Taylor says witness ‘crazy’
Former Liberian president Charles Taylor said on Tuesday that a key prosecution witness at his war crimes trial was a low-level official who “went crazy” years before testifying against him. Taylor used his fifth day on the witness stand at the Special Court for Sierra Leone in The Hague to try to discredit witness Varmuyan Sherif. Sherif said last year he saw Taylor smuggle weapons and ammunition to rebels in neighboring Sierra Leone in rice sacks in defiance of an arms embargo. He also accused Taylor of using child soldiers in fighting formations called Small Boys Units. But Taylor insisted Sherif was responsible only for his presidential motorcade and later “lost his mind.” “He went crazy,” Taylor said. “Varmuyan was on the streets, naked and eating from garbage.”
Dozens arrested over drugs
Police on Tuesday arrested 49 people who were allegedly part of an international ring involved in smuggling drugs from Latin America into Europe, officials said. Most of the suspects were picked up in and around Milan during several dawn raids. Many of those arrested are believed to belong to crime families of the ’Ndrangheta, the local version of the mafia in Italy’s southern Calabria region. Thirteen foreign nationals, including nationals from Peru, Chile, Uruguay, Romania, Albania and Montenegro were also among those apprehended, police said.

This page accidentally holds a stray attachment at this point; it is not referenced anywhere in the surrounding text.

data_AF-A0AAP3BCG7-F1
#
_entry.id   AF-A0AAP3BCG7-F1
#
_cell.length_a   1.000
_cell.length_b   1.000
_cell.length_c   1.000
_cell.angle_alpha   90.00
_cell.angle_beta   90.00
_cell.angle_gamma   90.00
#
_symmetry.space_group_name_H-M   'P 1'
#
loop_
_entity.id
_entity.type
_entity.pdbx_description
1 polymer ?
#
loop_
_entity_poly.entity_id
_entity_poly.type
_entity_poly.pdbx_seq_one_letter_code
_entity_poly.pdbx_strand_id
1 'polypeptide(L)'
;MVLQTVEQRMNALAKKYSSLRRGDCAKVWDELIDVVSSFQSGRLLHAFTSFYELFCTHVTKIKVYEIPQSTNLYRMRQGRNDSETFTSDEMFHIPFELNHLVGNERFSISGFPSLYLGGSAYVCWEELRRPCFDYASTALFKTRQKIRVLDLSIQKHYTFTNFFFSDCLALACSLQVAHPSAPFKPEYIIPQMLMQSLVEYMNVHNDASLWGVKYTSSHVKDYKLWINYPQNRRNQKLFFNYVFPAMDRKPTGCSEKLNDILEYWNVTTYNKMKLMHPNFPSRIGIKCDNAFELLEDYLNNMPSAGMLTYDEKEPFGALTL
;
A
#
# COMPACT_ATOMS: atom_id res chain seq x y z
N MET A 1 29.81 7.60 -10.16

Two murderers hanged
Two men convicted of murder have been hanged in executions carried out in prison in the city of Isfahan, the Etemad newspaper reported yesterday. The men were only identified by their first names as Esmail, 23, who was found guilty of strangling a 19-year-old woman, and Muslim, 28, who had stabbed a friend to death, the report said.
Man, sons kill six
A man and two of his sons opened fire at random on Tuesday, killing six people and wounding seven, an official said. The assailants fired their shotguns on their neighbors in the village of Karaali, said Muammer Musmal, governor of Elazig Province. Three of the wounded were in critical condition, he said. The motive of the attack was not clear, but the governor said the assailants were said to be mentally disturbed.
Natives 22% of prisoners
The country’s native population accounts for 22 percent of prisoners, despite making up only 3 percent of the country’s population, according to figures released by the government on Tuesday. The disproportionate representation of natives, who include American Indians, Inuits and mixed-race Aboriginals, is worst in prisons in western Canada, particularly in Saskatchewan province. According to the analysis by Statistics Canada, 81 percent of prisoners in Saskatchewan province are natives, though only 11 percent of the province’s inhabitants come from indigenous communities. The situation is only slightly better in Manitoba, where natives make up 69 percent of prisoners and around 12 percent of the province’s residents. In Quebec, natives account for less than 2 percent of the prison population and around 1 percent of the province as a whole. The analysis found that age, educational background and employment status were factors that contributed to the native incarceration rate, but said that the rate remained higher for natives than non-natives, even where figures were controlled for those factors.